Wurster Design & Innovation Studio. With colleagues from the Haas School of Business, and others across campus, CED has established a pilot studio on the 5th Floor of Wurster Hall, to jump-start a program in “Design Thinking” — the collaborative, interdisciplinary practice that many of us are familiar with, and that is increasingly vital to crafting new business concepts, innovative products, social ventures, communications strategies, and urban places in a rapidly changing world. Work started this Spring semester, with faculty and students creating a space for planning, sketching, project reviews, and coaching. We plan to offer short-courses, encourage start-up ventures and green product development, and make the Wurster Design & Innovation Studio accessible to collaborative projects.
Cool New Minors. In response to the fact that courses on geographic information systems, remote sensing, spatial statistics, and related technologies are scattered across campus, we have collaborated with several schools and colleges to develop a new undergraduate minor and graduate emphasis in Geospatial Data, Science and Technology. This will allow us to meet the burgeoning demand for GIS, and permit faculty to teach more advanced courses. And, in partnership with others on campus — in materials science, biotechnology, and elsewhere — we plan to establish a new undergraduate minor in Biomimetic Design, with guidance from the Biomimicry Institute, whose founder Janine Benyus was just named one of the world’s 27 most influential designers. This minor will introduce students to the way in which understanding natural process, materials, and architectures can be harnessed to revolutionize the way we construct buildings and the built environment.
Green Design and Finance. With the Fisher Center for Real Estate and Urban Economics at the Haas School of Business, CED is creating executive education programs on financing green design for real estate finance, construction, engineering, and environmental design industry professionals. The emphasis will be on how real estate finance firms can make the business case for incorporating energy efficient designs, especially for retrofits.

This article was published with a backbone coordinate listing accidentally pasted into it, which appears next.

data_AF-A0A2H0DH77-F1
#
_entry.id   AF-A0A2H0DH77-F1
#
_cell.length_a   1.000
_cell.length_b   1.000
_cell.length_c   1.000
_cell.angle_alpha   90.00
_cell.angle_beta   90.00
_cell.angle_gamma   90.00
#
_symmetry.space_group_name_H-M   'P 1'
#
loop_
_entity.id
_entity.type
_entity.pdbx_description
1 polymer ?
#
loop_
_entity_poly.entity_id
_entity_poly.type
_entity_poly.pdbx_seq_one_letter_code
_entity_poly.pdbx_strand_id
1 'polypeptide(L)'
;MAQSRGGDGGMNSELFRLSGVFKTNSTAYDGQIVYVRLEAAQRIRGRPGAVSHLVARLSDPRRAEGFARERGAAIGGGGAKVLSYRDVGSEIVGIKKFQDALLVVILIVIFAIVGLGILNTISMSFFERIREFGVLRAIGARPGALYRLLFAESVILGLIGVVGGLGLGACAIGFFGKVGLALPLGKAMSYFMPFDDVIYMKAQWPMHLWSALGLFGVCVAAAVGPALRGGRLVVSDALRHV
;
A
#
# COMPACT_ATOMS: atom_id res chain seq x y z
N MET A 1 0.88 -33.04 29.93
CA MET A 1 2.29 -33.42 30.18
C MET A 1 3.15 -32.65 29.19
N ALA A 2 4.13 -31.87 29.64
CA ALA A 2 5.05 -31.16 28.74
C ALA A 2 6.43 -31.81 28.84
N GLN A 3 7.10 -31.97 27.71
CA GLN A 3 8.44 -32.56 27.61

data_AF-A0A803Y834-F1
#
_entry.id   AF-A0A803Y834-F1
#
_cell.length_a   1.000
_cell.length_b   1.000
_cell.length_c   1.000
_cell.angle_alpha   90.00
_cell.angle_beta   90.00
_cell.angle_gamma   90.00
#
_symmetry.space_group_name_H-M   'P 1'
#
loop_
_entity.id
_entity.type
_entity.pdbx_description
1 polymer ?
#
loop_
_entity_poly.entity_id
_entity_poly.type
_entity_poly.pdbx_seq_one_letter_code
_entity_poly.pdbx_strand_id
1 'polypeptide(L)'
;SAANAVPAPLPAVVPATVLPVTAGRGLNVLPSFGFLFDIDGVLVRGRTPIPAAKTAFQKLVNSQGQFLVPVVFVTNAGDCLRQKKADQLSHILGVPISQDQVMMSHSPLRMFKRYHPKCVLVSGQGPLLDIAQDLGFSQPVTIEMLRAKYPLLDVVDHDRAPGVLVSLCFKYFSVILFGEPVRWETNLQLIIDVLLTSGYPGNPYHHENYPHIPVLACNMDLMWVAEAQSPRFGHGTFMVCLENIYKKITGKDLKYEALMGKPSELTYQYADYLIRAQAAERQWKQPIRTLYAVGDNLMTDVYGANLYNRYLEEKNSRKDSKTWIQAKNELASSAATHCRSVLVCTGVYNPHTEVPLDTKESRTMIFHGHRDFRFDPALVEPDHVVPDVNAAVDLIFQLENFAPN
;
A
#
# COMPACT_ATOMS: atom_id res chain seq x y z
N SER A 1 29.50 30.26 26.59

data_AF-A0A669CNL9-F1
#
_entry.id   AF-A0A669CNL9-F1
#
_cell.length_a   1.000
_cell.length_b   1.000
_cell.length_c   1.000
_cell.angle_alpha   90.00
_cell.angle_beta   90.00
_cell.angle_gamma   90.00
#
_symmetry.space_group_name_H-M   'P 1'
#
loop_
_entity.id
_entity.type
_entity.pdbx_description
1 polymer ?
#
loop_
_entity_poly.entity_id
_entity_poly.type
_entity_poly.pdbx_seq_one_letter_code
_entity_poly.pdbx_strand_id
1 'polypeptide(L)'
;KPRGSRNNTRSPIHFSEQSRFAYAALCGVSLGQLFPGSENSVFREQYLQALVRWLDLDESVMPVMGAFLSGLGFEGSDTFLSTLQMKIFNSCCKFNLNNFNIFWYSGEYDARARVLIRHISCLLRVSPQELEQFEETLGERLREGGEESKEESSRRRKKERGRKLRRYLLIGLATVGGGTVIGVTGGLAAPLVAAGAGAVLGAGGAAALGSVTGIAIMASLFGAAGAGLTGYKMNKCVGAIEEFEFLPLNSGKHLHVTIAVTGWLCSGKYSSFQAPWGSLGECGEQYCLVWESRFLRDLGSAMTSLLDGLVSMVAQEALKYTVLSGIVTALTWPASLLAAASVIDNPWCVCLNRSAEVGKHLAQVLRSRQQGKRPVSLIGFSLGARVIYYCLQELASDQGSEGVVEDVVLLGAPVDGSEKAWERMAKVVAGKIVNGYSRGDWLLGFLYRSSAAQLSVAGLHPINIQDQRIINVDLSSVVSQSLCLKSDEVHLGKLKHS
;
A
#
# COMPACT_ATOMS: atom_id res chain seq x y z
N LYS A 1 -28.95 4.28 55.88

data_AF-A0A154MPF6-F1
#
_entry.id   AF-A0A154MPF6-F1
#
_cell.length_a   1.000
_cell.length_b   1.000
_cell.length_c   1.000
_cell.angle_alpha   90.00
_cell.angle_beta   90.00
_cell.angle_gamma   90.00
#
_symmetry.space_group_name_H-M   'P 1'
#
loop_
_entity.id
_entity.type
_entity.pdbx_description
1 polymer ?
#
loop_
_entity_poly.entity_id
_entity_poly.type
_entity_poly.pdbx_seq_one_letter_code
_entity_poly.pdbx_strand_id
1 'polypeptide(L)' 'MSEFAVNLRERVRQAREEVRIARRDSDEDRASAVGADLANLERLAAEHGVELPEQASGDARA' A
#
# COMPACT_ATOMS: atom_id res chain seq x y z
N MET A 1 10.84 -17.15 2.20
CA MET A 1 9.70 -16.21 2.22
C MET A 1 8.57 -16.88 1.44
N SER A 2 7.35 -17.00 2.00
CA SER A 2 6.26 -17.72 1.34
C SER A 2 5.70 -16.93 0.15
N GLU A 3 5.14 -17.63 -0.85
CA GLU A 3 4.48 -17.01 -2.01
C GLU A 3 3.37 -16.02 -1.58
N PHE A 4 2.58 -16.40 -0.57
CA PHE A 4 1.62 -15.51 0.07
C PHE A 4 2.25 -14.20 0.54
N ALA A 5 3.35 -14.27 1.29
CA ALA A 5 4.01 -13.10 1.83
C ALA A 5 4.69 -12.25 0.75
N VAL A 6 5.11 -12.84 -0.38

Two new research centers have been established over the past year. The Center for a Sustainable California, led by Professor Robert Cervero, is initially focusing on the implications of California’s landmark law SB 375. This legislation requires localities to create land-use and transportation plans that reduce greenhouse gas emissions. The Center seeks to understand how local governments are responding to this challenge. The Center for Resource Efficient Cities, led by Professor Louise Mozingo, is a partnership with Lawrence Berkeley National Laboratory and funded by the California Energy Commission. The Center conducts research on how to design urban communities to reduce automobile trips, cool the urban heat island, infiltrate urban runoff and recharge groundwater.
Wurster Hall Updates
Wurster Hall got an anniversary present: a renovated CED Auditorium. Building on Stanley Saitowitz’ original design, the Auditorium was newly carpeted and got a fresh coat of paint, advanced audiovisual equipment was installed along with new lights, and the room was furnished with comfortable new tablet arm chairs. Moreover, other classroom space got some great upgrades, especially Room 101, which was remodeled tip-to-toe, due to the generosity of a CED donor. Maintaining Wurster’s industrial feel, the classroom boasts a wall-mounted display of building materials, high-technology computer technology, bright new seating, and energy-efficient globe lighting. Our fabrication facility — designed by James Prestini many years ago — is also being redesigned with the help of EHDD Architecture and Anderson and Anderson Architecture, to integrate the CAD/CAM equipment that is now so critical to the ability of our students to learn digital design and advanced fabrication techniques. And lastly, we are creating the first permanent exhibit space for the college — a 2,200 square foot space on the first floor, where we can have major exhibits, installations, and ongoing student juries. Fougeron Architecture has done the preliminary design. So look out for an invitation to the opening of the CED Gallery!
It is especially gratifying to me, in my first year as dean, to have met so many of our alumni and supporters. I commend you for your regular attendance at events, generous support of the college and quick response to our requests. Like you, I am amazed at the energy, purpose, and sheer brilliance of our students. I am also deeply impressed by the commitment of my faculty colleagues to their teaching and research and continually heartened by the expertise, creativity, and loyalty of the CED staff. We are all committed to the same purpose — the welfare of CED and its ideals, and to the greater good of public education in California.